The saga over the departure and confidential settlement agreement between Gov. Gretchen Whitmer (D) and the former head of the Michigan Department of Health and Human Services (MDHHS) continued Thursday.
Chairman of the House Oversight Committee Steve Johnson (R-MI-72) announced in a press release that his committee has subpoenaed former MDHHS Director Robert Gordon, who received a $155,000 severance package from the state and signed a non-disclosure agreement after he left his post under murky circumstances late February.
“It is the responsibility of the Oversight Committee to ensure we provide answers to the people of Michigan. I am committed to ensuring a more transparent and honest government,” Johnson said in the release. “Agreements signed in the dark for exorbitant sums of money is neither transparent nor honest.”
In early March, he sent a letter to MDHHS requesting that they voluntarily release the details of the severance package.
“I am calling on the Department today to release to the public the separation agreement between Governor [Gretchen] Whitmer’s administration and former MDHHS Director Robert Gordon as well as any other similar agreements made with other public officials,” that letter said.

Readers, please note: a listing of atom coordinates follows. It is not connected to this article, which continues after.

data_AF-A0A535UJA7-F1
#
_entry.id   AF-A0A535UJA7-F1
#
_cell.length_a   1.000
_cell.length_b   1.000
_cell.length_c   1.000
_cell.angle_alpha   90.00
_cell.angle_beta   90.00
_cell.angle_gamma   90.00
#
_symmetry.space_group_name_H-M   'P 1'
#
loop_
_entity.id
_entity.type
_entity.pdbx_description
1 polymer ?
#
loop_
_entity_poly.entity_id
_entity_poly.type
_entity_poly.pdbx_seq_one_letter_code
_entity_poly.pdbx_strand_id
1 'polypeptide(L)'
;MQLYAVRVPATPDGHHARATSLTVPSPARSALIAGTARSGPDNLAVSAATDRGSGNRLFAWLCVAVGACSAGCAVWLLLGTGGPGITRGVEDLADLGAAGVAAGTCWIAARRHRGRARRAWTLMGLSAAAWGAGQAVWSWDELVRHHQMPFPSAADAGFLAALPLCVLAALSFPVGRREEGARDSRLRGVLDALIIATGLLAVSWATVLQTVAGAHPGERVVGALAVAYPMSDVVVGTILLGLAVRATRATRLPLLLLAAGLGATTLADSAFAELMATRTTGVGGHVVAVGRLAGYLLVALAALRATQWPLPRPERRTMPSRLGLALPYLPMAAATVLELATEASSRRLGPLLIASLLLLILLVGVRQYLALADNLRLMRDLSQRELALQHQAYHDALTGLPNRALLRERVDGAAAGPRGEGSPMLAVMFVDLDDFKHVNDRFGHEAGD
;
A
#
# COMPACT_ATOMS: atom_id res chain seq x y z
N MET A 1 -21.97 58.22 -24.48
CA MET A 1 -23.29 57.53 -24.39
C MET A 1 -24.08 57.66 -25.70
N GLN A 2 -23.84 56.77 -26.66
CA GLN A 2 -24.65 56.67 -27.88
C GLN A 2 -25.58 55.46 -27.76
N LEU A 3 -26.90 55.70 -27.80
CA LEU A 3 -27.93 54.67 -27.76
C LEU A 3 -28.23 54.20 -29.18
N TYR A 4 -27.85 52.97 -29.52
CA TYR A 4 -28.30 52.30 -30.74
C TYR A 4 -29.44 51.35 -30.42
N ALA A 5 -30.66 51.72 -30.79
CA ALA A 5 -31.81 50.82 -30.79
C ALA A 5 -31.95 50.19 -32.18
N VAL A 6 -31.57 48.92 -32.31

Whitmer has largely ignored the calls for transparency.
In fact, she signed an executive order in mid-March specifically allowing the state to continue to secretly sever its relationships with public employees.
“Separation agreements are used for many purposes, including to define the terms of employment during a period of transition; to secure the return of state property; and to mitigate legal exposure and potential costs to taxpayers through a release of claims against the state,” that order said.
Whitmer has faced criticism on many fronts during the COVID-19 pandemic, including excessive lockdown measures that caused her to be stripped of her emergency powers by the Michigan Supreme Court. Still, she has been running the COVID-19 response using MDHHS, an executive branch agency, as a conduit.
Despite its supposed safety measures, Michigan is one of the last states in the country facing a surge of COVID-19 cases, while other states that have returned to relative normalcy and relaxed pandemic protocols have not been overwhelmed with new cases or hospitalizations.
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